A few hours ago, the Asian exchange KuCoin announced that it suffered a hack that caused millions of dollars in losses.
A hacker, or a group of hackers, gained access to the platform’s hot wallet and stole more than $150 million in Bitcoin, Ethereum, and other cryptocurrencies. The funds held in a hot wallet are used to provide the necessary liquidity for users to perform routine operations.
The Big Guys Counter-Attack
Of course, the announcement triggered fear among investors who risked losing their funds and, up to writing these lines, unable to withdraw their cryptocurrency during the investigation by the KuCoin security team.
However, the platform intervened quickly, and its CEO committed to pay all the losses, and Kucoin is about to resume operations soon (at least as it seems). Sentiment returned to normal, Bitcoin didn’t drop, and the KuCoin Shares token (KCS) recovered quickly after a crash following the hack.
Along with the KuCoin announcement, other crypto giants rushed to intervene.
Binance assured that it would block funds received from any address associated with the hack. Tether directly froze 13 million USDt linked to the hack and temporarily banned an address with 20 million as a precaution. Other exchanges committed to tracing the funds, and Silent Notary said they would burn all the robbed SNTR tokens and replace them with new ones.
Our team got notified relatively early for this one. We will do what we can to help.
— CZ Binance (@cz_binance) September 26, 2020
Centralization vs. Decentralization
This episode still shows the importance of having a certain degree of centralization in a protocol. “Happy Endings” don’t usually happen in the crypto-verse.
Just take a few famous cases as examples: Last year, an exploit in the Bisq code caused losses estimated in 250,000 dollars, bZx lost 30% of all its funds, and one podcaster lost his life savings after a phishing attack targeting his BTC wallet.
These three cases could have been easily solved with a little bit of centralization and censorship – as unpopular as this opinion might be. Many go against this idea for considering it incompatible with the philosophy of cryptocurrency in general. Still, many benefit from and might need centralized technologies.
The current financial system is based precisely on this premise. Centralization carries a risk of censorship, but the user has the peace of mind that an entity will look after his interests. In fact, in the event of a problem, the victim can go to court to demand compensation.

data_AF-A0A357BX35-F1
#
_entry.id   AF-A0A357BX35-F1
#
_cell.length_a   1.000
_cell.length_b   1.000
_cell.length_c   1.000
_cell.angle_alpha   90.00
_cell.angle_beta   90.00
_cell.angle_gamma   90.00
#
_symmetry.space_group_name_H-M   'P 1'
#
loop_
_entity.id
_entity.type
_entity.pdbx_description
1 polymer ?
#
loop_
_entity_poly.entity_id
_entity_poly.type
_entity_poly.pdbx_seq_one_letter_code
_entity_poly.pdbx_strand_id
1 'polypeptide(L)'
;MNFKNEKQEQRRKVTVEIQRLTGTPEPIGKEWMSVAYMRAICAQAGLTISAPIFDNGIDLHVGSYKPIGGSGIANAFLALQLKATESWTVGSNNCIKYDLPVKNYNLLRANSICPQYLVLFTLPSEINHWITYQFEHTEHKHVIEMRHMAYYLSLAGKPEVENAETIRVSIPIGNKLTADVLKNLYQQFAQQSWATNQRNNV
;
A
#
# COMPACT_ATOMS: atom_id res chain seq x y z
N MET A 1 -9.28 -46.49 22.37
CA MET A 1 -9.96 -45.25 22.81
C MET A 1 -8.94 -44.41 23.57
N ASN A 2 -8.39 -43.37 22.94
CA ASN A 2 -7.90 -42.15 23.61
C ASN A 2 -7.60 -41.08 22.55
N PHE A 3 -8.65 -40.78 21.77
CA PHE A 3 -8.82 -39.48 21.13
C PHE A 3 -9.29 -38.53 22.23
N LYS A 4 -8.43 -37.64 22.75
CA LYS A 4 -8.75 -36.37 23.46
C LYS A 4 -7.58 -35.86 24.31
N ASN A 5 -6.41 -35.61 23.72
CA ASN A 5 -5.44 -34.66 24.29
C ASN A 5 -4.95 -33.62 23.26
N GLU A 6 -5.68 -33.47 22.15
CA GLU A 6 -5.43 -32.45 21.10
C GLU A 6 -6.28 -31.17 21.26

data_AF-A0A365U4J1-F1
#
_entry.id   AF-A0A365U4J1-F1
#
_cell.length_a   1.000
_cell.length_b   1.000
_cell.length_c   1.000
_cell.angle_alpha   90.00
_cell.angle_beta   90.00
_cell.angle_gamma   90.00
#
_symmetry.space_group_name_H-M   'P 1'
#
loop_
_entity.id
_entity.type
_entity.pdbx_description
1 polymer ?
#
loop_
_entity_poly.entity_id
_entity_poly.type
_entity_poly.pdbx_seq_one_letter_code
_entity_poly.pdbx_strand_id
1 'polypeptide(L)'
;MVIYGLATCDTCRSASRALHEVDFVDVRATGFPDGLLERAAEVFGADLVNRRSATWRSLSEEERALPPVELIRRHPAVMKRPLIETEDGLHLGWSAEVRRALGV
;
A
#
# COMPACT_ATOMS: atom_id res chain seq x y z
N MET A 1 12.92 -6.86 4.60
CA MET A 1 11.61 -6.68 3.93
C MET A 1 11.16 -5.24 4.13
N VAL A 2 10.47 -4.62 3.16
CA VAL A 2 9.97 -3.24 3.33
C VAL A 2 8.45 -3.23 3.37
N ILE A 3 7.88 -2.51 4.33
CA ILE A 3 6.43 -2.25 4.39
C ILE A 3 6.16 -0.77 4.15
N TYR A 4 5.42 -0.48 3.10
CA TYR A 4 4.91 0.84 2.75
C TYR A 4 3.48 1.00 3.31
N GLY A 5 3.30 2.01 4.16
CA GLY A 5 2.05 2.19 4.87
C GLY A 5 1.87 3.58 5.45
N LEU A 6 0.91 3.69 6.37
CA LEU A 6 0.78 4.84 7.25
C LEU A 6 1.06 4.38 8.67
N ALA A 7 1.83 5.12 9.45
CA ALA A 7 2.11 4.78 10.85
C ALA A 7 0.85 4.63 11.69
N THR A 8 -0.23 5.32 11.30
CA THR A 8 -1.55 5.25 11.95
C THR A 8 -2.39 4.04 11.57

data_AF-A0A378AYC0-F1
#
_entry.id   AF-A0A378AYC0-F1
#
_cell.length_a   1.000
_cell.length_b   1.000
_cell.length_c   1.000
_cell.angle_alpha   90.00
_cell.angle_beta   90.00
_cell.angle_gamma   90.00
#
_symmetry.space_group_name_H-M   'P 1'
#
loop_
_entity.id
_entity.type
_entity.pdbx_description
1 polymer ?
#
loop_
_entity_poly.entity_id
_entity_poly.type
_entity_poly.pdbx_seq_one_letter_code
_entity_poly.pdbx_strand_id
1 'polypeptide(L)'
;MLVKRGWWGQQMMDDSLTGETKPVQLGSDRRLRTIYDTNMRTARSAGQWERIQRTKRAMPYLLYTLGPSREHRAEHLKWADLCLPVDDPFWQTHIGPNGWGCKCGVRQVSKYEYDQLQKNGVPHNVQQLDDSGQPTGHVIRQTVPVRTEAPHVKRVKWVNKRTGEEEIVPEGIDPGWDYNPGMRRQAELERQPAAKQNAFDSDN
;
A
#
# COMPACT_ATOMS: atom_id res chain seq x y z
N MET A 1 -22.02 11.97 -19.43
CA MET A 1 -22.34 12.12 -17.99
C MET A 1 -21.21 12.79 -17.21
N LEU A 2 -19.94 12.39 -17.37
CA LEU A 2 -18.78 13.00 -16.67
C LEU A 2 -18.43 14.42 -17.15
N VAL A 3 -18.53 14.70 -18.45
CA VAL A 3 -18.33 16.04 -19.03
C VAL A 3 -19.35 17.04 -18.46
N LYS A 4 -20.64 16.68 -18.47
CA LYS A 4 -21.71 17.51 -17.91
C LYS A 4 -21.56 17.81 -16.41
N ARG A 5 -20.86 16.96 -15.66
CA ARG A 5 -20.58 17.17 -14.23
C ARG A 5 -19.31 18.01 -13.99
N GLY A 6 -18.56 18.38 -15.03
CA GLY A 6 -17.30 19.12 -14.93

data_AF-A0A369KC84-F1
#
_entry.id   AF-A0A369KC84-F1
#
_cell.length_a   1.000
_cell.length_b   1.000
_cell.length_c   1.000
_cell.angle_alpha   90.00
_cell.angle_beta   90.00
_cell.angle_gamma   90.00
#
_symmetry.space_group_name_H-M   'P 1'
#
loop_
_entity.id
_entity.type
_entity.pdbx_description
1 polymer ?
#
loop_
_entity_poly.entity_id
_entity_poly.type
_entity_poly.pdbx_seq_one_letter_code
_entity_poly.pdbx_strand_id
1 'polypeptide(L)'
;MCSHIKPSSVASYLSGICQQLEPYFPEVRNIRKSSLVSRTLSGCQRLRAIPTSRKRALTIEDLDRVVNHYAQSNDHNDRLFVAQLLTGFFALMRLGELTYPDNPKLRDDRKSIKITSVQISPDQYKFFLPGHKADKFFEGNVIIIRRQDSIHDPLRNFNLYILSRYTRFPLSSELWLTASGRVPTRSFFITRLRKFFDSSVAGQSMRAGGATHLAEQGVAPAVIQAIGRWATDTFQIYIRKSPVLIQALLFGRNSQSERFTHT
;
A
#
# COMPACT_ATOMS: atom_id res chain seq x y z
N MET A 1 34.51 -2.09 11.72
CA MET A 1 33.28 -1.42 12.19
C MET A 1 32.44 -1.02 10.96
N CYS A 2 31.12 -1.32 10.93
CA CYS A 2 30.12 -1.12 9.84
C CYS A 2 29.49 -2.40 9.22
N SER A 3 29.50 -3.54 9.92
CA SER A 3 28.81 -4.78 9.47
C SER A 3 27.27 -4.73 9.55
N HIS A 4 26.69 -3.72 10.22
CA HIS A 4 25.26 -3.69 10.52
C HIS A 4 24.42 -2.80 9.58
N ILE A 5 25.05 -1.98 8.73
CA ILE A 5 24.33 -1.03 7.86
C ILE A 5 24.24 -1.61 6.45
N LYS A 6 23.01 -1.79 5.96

This is why many consider the approval of a Bitcoin ETF and the creation of services for institutional investors to be critical for the whole crypto ecosystem. Not because of the money that will come in, but because of the confidence investors will have in knowing that their money is safe.
Many see DeFi as the future of finance, but potential risks must be considered to reach global numbers. And currently, most of them are solved by applying a certain degree of centralization on the protocol:
Maybe nobody has tried this partly because of the early Bitcoin mindset that all funds out of circulation due to being lost or stolen just reduces supply and increase scarcity?
Wouldn’t $DAI be a better stablecoin if you could recover it in a fair way when shown to be lost?
— Will Harborne (@will_harborne) September 26, 2020
Even the Bitcoin blockchain forked after a closed-door meeting of a small group of people.
Perhaps, it’s important to accept that the crypto is young and immature for the time being. The world is not ready to move to a fully decentralized system. The ideas of resistance to censorship, anonymity, and absolute decentralization are usually lovely… until someone is robbed.
But that is what evolution is all about, improving something until it becomes an entirely new, better thing.